The Gravity issue when choosing Freeview or Freesat

MikeSh

Well-Known Member
We are likely to be moving house to an area where terrestrial (Freeview) reception is marginal, so I'm wondering about changing to Freesat. (We currently run two HDR FOX T2s.)
But being neurotic I wondered if (when) an event of a 'Gravity' type of catastrophe wipes out most satellites I might regret that choice.

So I've been thinking ... Is such an event likely to affect the geostationary band? Possibly not. I guess some debris would get knocked off into that general direction, but the chances of it hitting something out there must be slim.
Secondly, how dependent are terrestrial transmissions on 'low orbit' satellites? One would think that they aren't, but I know from recent news items that, for example, the time signals of GPS satellites are used for synchronization by some computer systems.

Yes, the loss of all those satellites would probably have detrimental effects on the whole of civilisation as we now know it, but I can't make a choice about most of that.
Freeview vs Freesat I can :p
 

gomezz

Well-Known Member
You need to hope that if such an event were to occur that they have not already shut down LW radio as that is were your portable radio needs to be tuned to follow emergency broadcasts on the progress of any space debris heading your way and giving advice on which type of table to hide under.

My advice is to run both to give a wider spread of available programming. For example, the NW200 road race highlights were only broadcast on BBC1 NI.
 

Ezra Pound

Well-Known Member
Phrases such as 'Re-arranging the deck chairs on the Titanic' spring to mind, I'm sure if such an event happened people would be confronted with more important issues than whether they can still get the latest instalment of EastEnders reliably, to use another user's saying - It's only TV. I don't think such extreme possibilities really need to be taken into account when deciding on a purchase of this sort
 
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MikeSh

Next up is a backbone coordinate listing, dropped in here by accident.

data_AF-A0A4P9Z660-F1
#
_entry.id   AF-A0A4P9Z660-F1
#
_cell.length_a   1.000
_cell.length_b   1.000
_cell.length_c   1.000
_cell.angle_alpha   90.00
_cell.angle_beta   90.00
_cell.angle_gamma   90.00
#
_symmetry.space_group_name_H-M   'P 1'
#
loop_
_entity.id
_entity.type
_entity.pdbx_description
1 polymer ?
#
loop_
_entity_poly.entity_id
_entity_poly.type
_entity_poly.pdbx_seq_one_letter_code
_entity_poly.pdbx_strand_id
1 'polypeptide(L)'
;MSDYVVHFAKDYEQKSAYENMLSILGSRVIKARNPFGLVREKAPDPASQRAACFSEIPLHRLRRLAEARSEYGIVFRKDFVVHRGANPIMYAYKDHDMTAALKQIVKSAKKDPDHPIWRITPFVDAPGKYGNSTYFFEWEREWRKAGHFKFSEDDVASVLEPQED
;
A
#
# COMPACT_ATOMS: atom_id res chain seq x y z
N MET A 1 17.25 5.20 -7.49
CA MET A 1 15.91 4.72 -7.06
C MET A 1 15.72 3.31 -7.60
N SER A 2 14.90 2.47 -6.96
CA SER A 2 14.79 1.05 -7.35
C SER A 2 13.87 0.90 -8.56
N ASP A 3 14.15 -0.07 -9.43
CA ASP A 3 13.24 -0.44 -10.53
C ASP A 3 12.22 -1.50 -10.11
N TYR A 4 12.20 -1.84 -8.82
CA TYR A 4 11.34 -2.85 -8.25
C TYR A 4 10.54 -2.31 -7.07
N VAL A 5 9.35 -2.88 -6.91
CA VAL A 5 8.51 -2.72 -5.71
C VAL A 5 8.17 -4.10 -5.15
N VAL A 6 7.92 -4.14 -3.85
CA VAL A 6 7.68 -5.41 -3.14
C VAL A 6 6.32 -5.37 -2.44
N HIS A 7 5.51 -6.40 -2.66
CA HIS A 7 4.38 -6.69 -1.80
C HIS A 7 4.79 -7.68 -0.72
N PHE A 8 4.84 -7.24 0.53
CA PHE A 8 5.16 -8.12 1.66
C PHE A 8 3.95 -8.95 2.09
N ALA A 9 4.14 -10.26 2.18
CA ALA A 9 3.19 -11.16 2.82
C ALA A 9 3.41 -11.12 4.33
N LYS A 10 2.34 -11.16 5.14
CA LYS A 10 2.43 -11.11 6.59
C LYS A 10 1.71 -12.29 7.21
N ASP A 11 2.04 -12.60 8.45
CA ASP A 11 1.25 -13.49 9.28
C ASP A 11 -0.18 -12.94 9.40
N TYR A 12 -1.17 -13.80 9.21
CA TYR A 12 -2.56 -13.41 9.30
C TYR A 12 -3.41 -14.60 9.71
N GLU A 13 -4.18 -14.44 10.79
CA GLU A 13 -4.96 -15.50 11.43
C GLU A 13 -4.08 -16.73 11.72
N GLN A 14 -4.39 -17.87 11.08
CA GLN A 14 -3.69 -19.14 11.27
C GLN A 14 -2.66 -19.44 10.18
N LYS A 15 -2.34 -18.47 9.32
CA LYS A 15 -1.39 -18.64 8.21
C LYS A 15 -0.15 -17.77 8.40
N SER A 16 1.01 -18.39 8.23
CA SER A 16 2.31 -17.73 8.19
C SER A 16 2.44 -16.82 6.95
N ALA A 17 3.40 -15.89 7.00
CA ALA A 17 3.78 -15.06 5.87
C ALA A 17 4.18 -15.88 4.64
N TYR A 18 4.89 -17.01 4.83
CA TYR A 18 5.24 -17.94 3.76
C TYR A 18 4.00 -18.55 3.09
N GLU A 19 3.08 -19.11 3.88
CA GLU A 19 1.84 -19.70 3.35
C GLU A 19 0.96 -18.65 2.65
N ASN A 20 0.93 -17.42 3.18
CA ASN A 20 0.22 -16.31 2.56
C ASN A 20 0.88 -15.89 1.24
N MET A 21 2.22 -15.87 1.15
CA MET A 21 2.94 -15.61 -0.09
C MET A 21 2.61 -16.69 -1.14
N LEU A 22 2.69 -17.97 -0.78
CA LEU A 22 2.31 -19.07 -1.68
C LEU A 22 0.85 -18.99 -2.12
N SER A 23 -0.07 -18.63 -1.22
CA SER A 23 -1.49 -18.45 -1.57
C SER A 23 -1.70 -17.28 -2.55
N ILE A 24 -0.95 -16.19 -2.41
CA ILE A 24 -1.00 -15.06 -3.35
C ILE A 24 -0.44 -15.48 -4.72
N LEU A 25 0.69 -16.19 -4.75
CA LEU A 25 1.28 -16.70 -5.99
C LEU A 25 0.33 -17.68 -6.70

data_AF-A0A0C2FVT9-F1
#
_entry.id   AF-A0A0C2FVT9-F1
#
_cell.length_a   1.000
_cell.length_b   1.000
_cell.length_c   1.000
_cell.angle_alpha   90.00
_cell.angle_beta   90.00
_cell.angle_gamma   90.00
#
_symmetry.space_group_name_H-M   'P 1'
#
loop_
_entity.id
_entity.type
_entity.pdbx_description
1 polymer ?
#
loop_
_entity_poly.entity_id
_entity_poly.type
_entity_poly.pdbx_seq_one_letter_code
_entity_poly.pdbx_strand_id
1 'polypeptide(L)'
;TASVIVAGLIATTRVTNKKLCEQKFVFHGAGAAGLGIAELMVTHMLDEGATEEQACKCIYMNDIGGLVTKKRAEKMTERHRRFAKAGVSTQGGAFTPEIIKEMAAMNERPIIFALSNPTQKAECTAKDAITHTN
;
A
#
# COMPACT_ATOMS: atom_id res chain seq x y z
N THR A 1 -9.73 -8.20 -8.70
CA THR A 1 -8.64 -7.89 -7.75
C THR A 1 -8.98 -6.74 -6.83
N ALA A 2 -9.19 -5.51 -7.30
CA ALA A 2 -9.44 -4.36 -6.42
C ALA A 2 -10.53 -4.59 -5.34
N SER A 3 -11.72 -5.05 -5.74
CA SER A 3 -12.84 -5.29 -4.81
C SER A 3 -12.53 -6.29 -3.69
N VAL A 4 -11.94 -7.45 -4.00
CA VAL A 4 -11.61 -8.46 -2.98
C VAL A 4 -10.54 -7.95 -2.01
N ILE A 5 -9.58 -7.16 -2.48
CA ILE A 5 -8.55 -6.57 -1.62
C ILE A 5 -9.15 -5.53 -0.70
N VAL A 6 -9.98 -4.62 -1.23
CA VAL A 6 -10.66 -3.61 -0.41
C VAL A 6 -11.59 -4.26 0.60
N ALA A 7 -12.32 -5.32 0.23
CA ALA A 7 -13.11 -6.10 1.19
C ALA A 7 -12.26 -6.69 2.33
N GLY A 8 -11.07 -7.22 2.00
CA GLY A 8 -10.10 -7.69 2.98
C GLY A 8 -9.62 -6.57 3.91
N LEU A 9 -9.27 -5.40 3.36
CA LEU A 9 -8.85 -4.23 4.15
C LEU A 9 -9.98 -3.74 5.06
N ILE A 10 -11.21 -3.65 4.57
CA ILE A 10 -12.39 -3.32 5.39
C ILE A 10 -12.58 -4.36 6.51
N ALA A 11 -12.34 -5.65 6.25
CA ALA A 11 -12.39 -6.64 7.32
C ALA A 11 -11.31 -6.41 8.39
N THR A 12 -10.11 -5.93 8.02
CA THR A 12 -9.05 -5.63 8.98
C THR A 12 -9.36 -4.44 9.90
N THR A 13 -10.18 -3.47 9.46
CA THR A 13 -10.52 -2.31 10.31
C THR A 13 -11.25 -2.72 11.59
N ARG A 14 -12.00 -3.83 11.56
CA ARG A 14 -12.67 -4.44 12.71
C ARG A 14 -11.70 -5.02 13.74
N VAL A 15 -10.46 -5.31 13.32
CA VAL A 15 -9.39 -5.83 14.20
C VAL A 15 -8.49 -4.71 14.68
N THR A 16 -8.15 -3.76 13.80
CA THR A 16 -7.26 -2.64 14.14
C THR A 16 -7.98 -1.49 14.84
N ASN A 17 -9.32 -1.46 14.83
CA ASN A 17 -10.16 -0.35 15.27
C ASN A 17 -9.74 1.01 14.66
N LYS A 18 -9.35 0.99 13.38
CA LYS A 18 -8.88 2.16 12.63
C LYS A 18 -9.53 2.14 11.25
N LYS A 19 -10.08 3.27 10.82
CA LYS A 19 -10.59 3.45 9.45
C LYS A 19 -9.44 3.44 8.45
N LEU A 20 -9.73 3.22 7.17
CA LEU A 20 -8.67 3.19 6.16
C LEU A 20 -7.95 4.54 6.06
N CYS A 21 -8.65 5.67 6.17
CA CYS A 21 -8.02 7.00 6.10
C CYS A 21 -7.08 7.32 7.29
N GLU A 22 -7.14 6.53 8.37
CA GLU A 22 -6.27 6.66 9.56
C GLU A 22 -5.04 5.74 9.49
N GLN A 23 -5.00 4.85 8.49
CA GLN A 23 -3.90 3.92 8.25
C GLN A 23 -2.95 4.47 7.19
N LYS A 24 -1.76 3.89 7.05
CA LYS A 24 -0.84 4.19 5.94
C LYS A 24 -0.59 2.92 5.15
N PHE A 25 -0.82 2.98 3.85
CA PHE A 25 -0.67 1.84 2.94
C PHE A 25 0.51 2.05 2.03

MikeSh

Well-Known Member
You need to hope that if such an event were to occur that they have not already shut down LW radio as that is were your portable radio needs to be tuned to follow emergency broadcasts on the progress of any space debris heading your way and giving advice on which type of table to hide under.
Oh, I'm not worried about bits falling on me. I doubt much of the stuff involved would even reach the ground even if it was still more or less in one piece on reentry.

Phrases such as 'Re-arranging the deck chairs on the Titanic' spring to mind, I'm sure if such an event happened people would be confronted with more important issues than whether they can still get the latest instalment of EastEnders reliably, to use another user's saying - It's only TV. I don't think such extreme possibilities really need to be taken into account when deciding on a purchase of this sort
Well that's rather the question. Would the loss of all the low orbit satellites actually be akin to nuclear war? There are doomsayers, but on the other hand critical systems will likely have a fallback from any satellite dependency. I mean, not knowing exactly where your delivery lorry is may be a little annoying, but most of them will still reach their destination eventually.
Would the cloud of satellite debris surrounding the planet after such an event effectively block transmissions to/from the geostationary set?

More pragmatically perhaps I ought to be asking what the difference in channels and quality is like between Freeview and Freesat (I'm assuming we won't be able to get lower power Freeview muxes like Com7).
 

dandnsmith

Forum Supporter
I think the debris would be in decaying orbits - question is how long before it disappears.
Difference in quality - has to depend on equipment and your location. At root, they are the same definition, but there are differences as to channels supplied.
 
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MikeSh

MikeSh

Well-Known Member
Difference in quality - has to depend on equipment and your location. At root, they are the same definition, but there are differences as to channels supplied.
I thought there were some differences in SD quality due to the different compressions, etc, used.
I was studying the Freeview channel listings in RT earlier (which seem to include Freesat) and there seem to be a lot less HD versions on Freesat. Annoying that BBC4HD is on Com7 which we likely won't be able to get.
I've discovered that the house is currently 'Sky', so there is already a dish as well as an aerial. I also have one spare slot on my HDMI switch, so maybe I will just get a Foxsat box in addition to the FOXes and see how it goes.
 

kevindickinson

Active Member
You need to consider that if you had Freeview debris from satellites could fall and hit your aerial.
Best bet is to stock up on DVD's so in the event of a catastrophic failure you will still have something to watch. In fact I think official government advice may be to stock up on essentials such as the complete DVD set of Corrie.

Sent from here using a computing device.
 
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MikeSh

MikeSh

Well-Known Member
You need to consider that if you had Freeview debris from satellites could fall and hit your aerial.
Best bet is to stock up on DVD's so in the event of a catastrophic failure you will still have something to watch. In fact I think official government advice may be to stock up on essentials such as the complete DVD set of Corrie.

You had me thinking that was a really good idea .... until the last word :rolling:
 
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